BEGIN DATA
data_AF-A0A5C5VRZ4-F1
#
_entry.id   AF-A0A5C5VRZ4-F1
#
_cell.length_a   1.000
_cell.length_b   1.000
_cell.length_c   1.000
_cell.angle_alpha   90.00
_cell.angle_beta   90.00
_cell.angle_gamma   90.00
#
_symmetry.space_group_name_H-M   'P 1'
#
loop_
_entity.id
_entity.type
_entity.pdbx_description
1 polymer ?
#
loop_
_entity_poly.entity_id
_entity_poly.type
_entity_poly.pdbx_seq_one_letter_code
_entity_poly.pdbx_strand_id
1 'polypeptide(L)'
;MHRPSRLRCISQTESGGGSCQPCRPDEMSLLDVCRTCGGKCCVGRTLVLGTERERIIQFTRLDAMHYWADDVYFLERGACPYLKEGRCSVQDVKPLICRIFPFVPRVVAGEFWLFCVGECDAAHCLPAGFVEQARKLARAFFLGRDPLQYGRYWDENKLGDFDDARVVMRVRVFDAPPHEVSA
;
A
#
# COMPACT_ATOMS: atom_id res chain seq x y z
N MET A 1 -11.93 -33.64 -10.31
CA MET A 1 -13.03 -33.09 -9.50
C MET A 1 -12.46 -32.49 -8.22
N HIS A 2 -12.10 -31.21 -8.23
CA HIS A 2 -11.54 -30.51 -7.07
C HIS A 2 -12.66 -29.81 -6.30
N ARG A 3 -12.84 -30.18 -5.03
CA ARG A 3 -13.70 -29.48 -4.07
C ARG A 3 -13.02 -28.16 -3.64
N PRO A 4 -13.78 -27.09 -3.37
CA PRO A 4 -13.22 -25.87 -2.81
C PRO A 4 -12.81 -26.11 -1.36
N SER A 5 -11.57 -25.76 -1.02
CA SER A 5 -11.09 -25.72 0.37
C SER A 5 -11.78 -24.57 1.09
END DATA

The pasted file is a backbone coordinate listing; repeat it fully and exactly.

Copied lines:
data_AF-A0A5C5VRZ4-F1
#
_entry.id   AF-A0A5C5VRZ4-F1
#
_cell.length_a   1.000
_cell.length_b   1.000
_cell.length_c   1.000
_cell.angle_alpha   90.00
_cell.angle_beta   90.00
_cell.angle_gamma   90.00
#
_symmetry.space_group_name_H-M   'P 1'
#
loop_
_entity.id
_entity.type
_entity.pdbx_description
1 polymer ?
#
loop_
_entity_poly.entity_id
_entity_poly.type
_entity_poly.pdbx_seq_one_letter_code
_entity_poly.pdbx_strand_id
1 'polypeptide(L)'
;MHRPSRLRCISQTESGGGSCQPCRPDEMSLLDVCRTCGGKCCVGRTLVLGTERERIIQFTRLDAMHYWADDVYFLERGACPYLKEGRCSVQDVKPLICRIFPFVPRVVAGEFWLFCVGECDAAHCLPAGFVEQARKLARAFFLGRDPLQYGRYWDENKLGDFDDARVVMRVRVFDAPPHEVSA
;
A
#
# COMPACT_ATOMS: atom_id res chain seq x y z
N MET A 1 -11.93 -33.64 -10.31
CA MET A 1 -13.03 -33.09 -9.50
C MET A 1 -12.46 -32.49 -8.22
N HIS A 2 -12.10 -31.21 -8.23
CA HIS A 2 -11.54 -30.51 -7.07
C HIS A 2 -12.66 -29.81 -6.30
N ARG A 3 -12.84 -30.18 -5.03
CA ARG A 3 -13.70 -29.48 -4.07
C ARG A 3 -13.02 -28.16 -3.64
N PRO A 4 -13.78 -27.09 -3.37
CA PRO A 4 -13.22 -25.87 -2.81
C PRO A 4 -12.81 -26.11 -1.36
N SER A 5 -11.57 -25.76 -1.02
CA SER A 5 -11.09 -25.72 0.37
C SER A 5 -11.78 -24.57 1.09